“She knew she had to come to the hospital as soon as possible due to concerns… with dire consequences for the baby as well as possibly mother,” Dr. J.B. Helms stated. “In light of these circumstances, I think (Genevieve) and her husband did the right thing… It was thus unavoidable for them to drive faster than normal.”

Despite the doctor’s support, the justice of the peace declined to drop Weber’s ticket or replace it with a reprimand — though he did lower the price of the ticket to $400.

The Webers might have let the story end there, but for what happened next: in June, David Weber was called before an MPI hearing officer to explain the speeding. On July 8, the hearing officer’s verdict came down: as a result of the ticket, Weber’s licence will be suspended for five months.

To get it back he’ll have to take a safe-driving course and could pay as much as $1,000 to renew his licence for years to come.

For a working father in rural Manitoba, with a newborn baby and a three-year-old at home, it’s a nerve-wracking loss. Even applying for a special permit to get to work at his sales job in Portage la Prairie could take months, he said.

Though officials from MPI and RCMP would not comment on the specifics of Weber’s case, citing privacy concerns, both noted that protocols are designed to keep Manitoba’s roads safe — while allowing for occasional crises. Reports indicate that many of those procedures were followed in the Webers’ case.

“In any case of medical emergency, we would request an ambulance so they could get emergency medical assistance or escort them to hospital. Both would be offered,” said RCMP spokesman Const. Miles Hiebert. “We would take them to the nearest hospital.”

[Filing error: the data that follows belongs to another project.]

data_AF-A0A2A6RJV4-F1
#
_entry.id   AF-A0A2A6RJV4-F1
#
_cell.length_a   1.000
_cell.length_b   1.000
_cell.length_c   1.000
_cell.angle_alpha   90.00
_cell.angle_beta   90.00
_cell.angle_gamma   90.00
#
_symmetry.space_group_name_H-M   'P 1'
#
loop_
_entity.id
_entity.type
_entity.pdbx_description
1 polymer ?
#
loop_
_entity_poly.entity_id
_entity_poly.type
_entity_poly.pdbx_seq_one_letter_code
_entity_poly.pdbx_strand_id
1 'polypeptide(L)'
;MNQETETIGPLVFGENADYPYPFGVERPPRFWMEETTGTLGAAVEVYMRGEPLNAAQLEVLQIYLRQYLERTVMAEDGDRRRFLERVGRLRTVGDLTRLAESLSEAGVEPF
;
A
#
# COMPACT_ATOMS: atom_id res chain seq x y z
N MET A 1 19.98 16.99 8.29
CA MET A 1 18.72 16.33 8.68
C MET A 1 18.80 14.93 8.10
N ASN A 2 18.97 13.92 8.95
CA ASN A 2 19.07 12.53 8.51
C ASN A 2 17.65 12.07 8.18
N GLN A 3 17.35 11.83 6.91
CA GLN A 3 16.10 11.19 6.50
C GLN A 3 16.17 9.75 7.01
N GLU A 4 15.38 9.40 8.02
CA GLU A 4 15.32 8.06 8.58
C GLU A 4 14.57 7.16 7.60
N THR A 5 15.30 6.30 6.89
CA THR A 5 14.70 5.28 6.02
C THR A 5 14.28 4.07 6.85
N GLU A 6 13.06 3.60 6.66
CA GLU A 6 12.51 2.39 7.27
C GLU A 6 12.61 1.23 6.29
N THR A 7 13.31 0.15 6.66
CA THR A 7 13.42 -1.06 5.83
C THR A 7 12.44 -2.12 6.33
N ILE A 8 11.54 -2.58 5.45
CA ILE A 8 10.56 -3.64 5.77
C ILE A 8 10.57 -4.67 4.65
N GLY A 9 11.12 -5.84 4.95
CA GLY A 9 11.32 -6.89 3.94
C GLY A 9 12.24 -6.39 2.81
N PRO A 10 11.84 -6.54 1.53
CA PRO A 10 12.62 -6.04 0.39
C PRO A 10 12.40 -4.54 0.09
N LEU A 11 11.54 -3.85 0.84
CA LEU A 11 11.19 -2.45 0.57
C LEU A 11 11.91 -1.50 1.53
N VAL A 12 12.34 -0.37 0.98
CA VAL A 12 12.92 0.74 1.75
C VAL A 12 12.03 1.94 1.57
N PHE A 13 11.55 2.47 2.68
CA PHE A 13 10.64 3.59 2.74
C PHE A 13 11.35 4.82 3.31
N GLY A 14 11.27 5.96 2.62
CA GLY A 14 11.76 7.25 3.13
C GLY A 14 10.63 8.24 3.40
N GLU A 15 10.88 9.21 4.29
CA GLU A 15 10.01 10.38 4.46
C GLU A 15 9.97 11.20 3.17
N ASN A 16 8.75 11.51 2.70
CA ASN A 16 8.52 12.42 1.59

MPI spokesman Brian Smiley explained that a ticket for speeding at least 50 km/h above the posted limit is grounds for an automatic hearing on licence suspension. While medical emergencies would certainly be considered in the decision, Smiley said, an overarching factor is whether the ticket was upheld by a magistrate — as Weber’s was.

“In a situation where the person provides the medical information, or the ticket can be overturned at court level, it does give a little more flexibility for the hearing officer,” Smiley said.

On hearing about the case, Len Eastoe, a former police officer who runs Traffic Ticket Experts, said the situation might have been better handled by RCMP officers driving Genevieve to hospital in their cruisers. “An emergency situation arrives, and you don’t wait for the ambulance,” Eastoe said. “You’re driving an emergency vehicle… you get them to hospital.”

Barring that, the exceptional circumstances around Weber’s speeding ticket could well have merited more leniency from a justice of the peace, Eastoe said — either dropping the ticket or a reprimand, which does not result in licence demerits.

“In a circumstance like this, (a discharge or reprimand) is certainly something the justice of the peace should be considering,” Eastoe said. “Especially in a life-or-death situation. How do you not allow for something like that?”

Back home outside Portage la Prairie, Weber now hopes that one of the authorities involved in his case will consider giving him a little leeway, and help him get his licence back.

Going to the media was a last resort, he said — and a chance to warn others that even in the stress of a medical emergency, repercussions for speeding can be serious.

“What would have happened if something happened to my wife, or my baby?” Weber said. “Who would have been responsible then? It’s like there’s no compassion anymore.”


Melissa Martin

Melissa Martin

Melissa Martin reports and opines for the Winnipeg Free Press.